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Structure. 2003 Nov;11(11):1369-79.

Structural insights into single-stranded DNA binding and cleavage by F factor TraI.

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Department of Biology, Johns Hopkins University, 3400 North Charles Street, Baltimore, MD 21218, USA.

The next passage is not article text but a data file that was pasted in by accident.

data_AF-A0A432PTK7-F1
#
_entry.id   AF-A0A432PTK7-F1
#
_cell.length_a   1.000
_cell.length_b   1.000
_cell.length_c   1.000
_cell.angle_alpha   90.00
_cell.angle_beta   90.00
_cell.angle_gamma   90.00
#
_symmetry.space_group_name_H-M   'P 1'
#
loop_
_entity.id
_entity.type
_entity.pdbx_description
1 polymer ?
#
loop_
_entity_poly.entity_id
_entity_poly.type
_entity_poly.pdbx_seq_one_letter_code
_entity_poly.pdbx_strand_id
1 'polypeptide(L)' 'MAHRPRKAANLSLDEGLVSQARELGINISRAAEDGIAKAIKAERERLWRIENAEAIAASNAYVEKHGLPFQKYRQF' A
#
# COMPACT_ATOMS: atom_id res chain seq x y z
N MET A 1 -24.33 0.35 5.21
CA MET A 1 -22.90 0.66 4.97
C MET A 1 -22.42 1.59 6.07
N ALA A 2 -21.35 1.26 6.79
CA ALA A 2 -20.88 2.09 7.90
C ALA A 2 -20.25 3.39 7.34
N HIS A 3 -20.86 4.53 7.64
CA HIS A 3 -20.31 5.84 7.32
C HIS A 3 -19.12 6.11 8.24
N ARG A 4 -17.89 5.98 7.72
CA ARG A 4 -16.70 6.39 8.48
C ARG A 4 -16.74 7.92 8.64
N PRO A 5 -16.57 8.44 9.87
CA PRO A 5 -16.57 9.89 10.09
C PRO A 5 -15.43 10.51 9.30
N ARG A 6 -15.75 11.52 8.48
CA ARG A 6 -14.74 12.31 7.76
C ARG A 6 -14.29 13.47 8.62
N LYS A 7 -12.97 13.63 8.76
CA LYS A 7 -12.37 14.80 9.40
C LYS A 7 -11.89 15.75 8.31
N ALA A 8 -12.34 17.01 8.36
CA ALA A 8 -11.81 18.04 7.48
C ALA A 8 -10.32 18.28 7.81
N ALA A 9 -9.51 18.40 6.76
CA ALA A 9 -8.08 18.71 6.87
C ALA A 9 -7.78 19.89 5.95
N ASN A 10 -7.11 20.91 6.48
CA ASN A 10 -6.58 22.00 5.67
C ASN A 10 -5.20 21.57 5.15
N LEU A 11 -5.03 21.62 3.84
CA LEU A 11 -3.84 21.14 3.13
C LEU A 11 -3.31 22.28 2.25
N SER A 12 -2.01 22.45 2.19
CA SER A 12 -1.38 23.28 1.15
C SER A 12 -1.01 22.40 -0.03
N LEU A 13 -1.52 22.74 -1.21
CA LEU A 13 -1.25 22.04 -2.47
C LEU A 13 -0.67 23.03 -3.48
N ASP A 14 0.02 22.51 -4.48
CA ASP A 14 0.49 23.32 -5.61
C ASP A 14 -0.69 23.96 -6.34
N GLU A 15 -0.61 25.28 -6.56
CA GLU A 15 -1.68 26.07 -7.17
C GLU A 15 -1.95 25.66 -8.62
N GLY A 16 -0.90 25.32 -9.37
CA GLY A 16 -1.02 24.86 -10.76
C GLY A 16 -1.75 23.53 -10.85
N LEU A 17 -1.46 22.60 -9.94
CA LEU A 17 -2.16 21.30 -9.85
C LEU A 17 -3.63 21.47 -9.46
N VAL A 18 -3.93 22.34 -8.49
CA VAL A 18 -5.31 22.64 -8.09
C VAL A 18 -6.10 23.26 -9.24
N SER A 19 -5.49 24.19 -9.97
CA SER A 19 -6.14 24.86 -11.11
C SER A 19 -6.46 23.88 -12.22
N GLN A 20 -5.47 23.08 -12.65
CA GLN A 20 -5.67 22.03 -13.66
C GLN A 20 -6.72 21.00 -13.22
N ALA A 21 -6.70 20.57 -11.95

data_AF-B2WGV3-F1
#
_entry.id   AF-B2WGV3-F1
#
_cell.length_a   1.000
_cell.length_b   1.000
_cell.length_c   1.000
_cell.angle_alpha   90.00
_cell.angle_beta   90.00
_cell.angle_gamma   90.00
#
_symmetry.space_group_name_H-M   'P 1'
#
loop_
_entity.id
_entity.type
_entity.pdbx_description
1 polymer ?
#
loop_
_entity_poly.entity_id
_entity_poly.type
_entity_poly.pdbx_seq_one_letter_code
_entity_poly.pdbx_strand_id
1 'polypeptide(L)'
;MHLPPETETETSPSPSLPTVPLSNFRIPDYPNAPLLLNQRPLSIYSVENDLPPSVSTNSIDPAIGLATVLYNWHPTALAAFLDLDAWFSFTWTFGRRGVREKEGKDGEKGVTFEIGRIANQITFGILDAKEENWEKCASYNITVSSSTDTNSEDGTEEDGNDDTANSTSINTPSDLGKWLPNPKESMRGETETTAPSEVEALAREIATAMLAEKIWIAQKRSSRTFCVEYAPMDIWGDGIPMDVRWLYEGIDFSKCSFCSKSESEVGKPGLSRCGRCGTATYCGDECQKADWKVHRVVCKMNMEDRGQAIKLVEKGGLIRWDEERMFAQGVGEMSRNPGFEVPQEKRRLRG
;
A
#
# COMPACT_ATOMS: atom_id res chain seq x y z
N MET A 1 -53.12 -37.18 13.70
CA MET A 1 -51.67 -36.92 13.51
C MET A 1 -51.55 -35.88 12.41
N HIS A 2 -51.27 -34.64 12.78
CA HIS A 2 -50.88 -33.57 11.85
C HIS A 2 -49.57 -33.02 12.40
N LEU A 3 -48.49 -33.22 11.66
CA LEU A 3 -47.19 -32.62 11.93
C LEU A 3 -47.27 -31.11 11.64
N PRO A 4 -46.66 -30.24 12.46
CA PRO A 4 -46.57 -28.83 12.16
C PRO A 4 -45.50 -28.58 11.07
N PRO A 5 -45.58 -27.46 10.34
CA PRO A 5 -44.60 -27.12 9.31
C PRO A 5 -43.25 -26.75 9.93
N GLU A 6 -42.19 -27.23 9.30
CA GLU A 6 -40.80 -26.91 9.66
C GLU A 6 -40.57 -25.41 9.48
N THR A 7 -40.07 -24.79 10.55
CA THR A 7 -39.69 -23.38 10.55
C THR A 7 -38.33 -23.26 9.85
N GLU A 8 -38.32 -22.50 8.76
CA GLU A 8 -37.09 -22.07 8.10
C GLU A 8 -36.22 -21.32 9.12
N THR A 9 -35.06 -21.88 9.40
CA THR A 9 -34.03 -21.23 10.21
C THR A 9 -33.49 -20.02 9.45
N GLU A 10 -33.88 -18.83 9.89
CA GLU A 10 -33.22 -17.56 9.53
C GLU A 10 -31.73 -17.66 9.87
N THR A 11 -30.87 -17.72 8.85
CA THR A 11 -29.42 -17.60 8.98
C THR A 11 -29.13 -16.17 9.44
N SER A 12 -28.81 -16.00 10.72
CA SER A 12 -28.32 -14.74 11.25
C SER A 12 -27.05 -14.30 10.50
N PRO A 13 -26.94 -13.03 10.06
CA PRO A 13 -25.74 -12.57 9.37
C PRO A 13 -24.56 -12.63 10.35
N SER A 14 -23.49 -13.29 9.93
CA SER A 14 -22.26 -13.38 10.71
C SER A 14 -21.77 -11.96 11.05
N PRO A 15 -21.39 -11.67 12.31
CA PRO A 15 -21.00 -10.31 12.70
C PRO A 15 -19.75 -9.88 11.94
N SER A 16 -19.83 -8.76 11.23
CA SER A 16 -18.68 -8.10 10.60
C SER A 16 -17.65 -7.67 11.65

Conjugative plasmid transfer between bacteria disseminates antibiotic resistance and diversifies prokaryotic genomes. Relaxases, proteins essential for conjugation, cleave one plasmid strand sequence specifically prior to transfer. Cleavage occurs through a Mg(2+)-dependent transesterification involving a tyrosyl hydroxyl and a DNA phosphate. The structure of the F plasmid TraI relaxase domain, described here, is a five-strand beta sheet flanked by alpha helices. The protein resembles replication initiator protein AAV-5 Rep but is circularly permuted, yielding a different topology. The beta sheet forms a binding cleft lined with neutral, nonaromatic residues, unlike most single-stranded DNA binding proteins which use aromatic and charged residues. The cleft contains depressions, suggesting base recognition occurs in a knob-into-hole fashion. Unlike most nucleases, three histidines but no acidic residues coordinate a Mg(2+) located near the catalytic tyrosine. The full positive charge on the Mg(2+) and the architecture of the active site suggest multiple roles for Mg(2+) in DNA cleavage.

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